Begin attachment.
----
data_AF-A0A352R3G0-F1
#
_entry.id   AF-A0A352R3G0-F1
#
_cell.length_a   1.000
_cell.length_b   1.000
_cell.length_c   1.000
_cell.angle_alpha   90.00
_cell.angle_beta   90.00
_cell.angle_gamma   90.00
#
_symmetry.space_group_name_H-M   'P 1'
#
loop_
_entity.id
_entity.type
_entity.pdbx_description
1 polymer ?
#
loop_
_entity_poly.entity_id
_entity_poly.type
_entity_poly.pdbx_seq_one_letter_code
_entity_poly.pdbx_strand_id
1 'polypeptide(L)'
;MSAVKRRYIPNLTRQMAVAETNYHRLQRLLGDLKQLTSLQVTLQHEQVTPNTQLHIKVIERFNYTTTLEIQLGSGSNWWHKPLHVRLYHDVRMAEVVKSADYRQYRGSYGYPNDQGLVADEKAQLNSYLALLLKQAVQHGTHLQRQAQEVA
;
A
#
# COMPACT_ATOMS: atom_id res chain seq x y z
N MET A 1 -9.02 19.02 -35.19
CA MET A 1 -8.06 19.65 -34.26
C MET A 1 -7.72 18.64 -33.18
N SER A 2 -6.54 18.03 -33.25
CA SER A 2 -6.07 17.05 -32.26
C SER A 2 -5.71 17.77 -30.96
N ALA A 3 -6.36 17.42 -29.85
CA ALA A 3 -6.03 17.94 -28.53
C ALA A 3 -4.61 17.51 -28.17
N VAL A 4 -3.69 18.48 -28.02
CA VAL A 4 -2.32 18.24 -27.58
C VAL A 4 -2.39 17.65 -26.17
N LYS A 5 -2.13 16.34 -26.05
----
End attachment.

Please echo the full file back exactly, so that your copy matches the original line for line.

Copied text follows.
data_AF-A0A352R3G0-F1
#
_entry.id   AF-A0A352R3G0-F1
#
_cell.length_a   1.000
_cell.length_b   1.000
_cell.length_c   1.000
_cell.angle_alpha   90.00
_cell.angle_beta   90.00
_cell.angle_gamma   90.00
#
_symmetry.space_group_name_H-M   'P 1'
#
loop_
_entity.id
_entity.type
_entity.pdbx_description
1 polymer ?
#
loop_
_entity_poly.entity_id
_entity_poly.type
_entity_poly.pdbx_seq_one_letter_code
_entity_poly.pdbx_strand_id
1 'polypeptide(L)'
;MSAVKRRYIPNLTRQMAVAETNYHRLQRLLGDLKQLTSLQVTLQHEQVTPNTQLHIKVIERFNYTTTLEIQLGSGSNWWHKPLHVRLYHDVRMAEVVKSADYRQYRGSYGYPNDQGLVADEKAQLNSYLALLLKQAVQHGTHLQRQAQEVA
;
A
#
# COMPACT_ATOMS: atom_id res chain seq x y z
N MET A 1 -9.02 19.02 -35.19
CA MET A 1 -8.06 19.65 -34.26
C MET A 1 -7.72 18.64 -33.18
N SER A 2 -6.54 18.03 -33.25
CA SER A 2 -6.07 17.05 -32.26
C SER A 2 -5.71 17.77 -30.96
N ALA A 3 -6.36 17.42 -29.85
CA ALA A 3 -6.03 17.94 -28.53
C ALA A 3 -4.61 17.51 -28.17
N VAL A 4 -3.69 18.48 -28.02
CA VAL A 4 -2.32 18.24 -27.58
C VAL A 4 -2.39 17.65 -26.17
N LYS A 5 -2.13 16.34 -26.05